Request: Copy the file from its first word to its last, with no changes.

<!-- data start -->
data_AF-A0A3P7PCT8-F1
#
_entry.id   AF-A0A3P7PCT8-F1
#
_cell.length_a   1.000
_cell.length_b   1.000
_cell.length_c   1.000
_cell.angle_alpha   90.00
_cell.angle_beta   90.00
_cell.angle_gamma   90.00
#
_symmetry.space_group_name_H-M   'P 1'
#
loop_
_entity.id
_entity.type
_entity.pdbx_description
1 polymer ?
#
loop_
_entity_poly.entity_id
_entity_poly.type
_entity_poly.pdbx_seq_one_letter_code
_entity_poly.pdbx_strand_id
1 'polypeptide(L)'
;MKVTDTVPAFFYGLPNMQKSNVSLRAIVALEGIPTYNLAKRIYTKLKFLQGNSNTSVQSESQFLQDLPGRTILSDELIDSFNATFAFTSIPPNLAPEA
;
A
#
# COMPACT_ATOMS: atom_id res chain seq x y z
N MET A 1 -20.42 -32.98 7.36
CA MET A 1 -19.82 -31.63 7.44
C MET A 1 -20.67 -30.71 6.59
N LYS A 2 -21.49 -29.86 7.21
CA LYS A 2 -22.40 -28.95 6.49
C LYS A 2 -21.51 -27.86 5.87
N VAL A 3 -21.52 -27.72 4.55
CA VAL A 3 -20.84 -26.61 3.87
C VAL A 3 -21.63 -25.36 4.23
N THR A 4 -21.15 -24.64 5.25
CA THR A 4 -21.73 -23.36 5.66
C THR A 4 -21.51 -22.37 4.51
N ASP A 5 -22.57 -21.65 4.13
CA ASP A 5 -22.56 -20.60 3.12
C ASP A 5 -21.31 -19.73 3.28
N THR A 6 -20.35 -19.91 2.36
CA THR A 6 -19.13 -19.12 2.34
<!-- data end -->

data_AF-A0A3P7PCT8-F1
#
_entry.id   AF-A0A3P7PCT8-F1
#
_cell.length_a   1.000
_cell.length_b   1.000
_cell.length_c   1.000
_cell.angle_alpha   90.00
_cell.angle_beta   90.00
_cell.angle_gamma   90.00
#
_symmetry.space_group_name_H-M   'P 1'
#
loop_
_entity.id
_entity.type
_entity.pdbx_description
1 polymer ?
#
loop_
_entity_poly.entity_id
_entity_poly.type
_entity_poly.pdbx_seq_one_letter_code
_entity_poly.pdbx_strand_id
1 'polypeptide(L)'
;MKVTDTVPAFFYGLPNMQKSNVSLRAIVALEGIPTYNLAKRIYTKLKFLQGNSNTSVQSESQFLQDLPGRTILSDELIDSFNATFAFTSIPPNLAPEA
;
A
#
# COMPACT_ATOMS: atom_id res chain seq x y z
N MET A 1 -20.42 -32.98 7.36
CA MET A 1 -19.82 -31.63 7.44
C MET A 1 -20.67 -30.71 6.59
N LYS A 2 -21.49 -29.86 7.21
CA LYS A 2 -22.40 -28.95 6.49
C LYS A 2 -21.51 -27.86 5.87
N VAL A 3 -21.52 -27.72 4.55
CA VAL A 3 -20.84 -26.61 3.87
C VAL A 3 -21.63 -25.36 4.23
N THR A 4 -21.15 -24.64 5.25
CA THR A 4 -21.73 -23.36 5.66
C THR A 4 -21.51 -22.37 4.51
N ASP A 5 -22.57 -21.65 4.13
CA ASP A 5 -22.56 -20.60 3.12
C ASP A 5 -21.31 -19.73 3.28
N THR A 6 -20.35 -19.91 2.36
CA THR A 6 -19.13 -19.12 2.34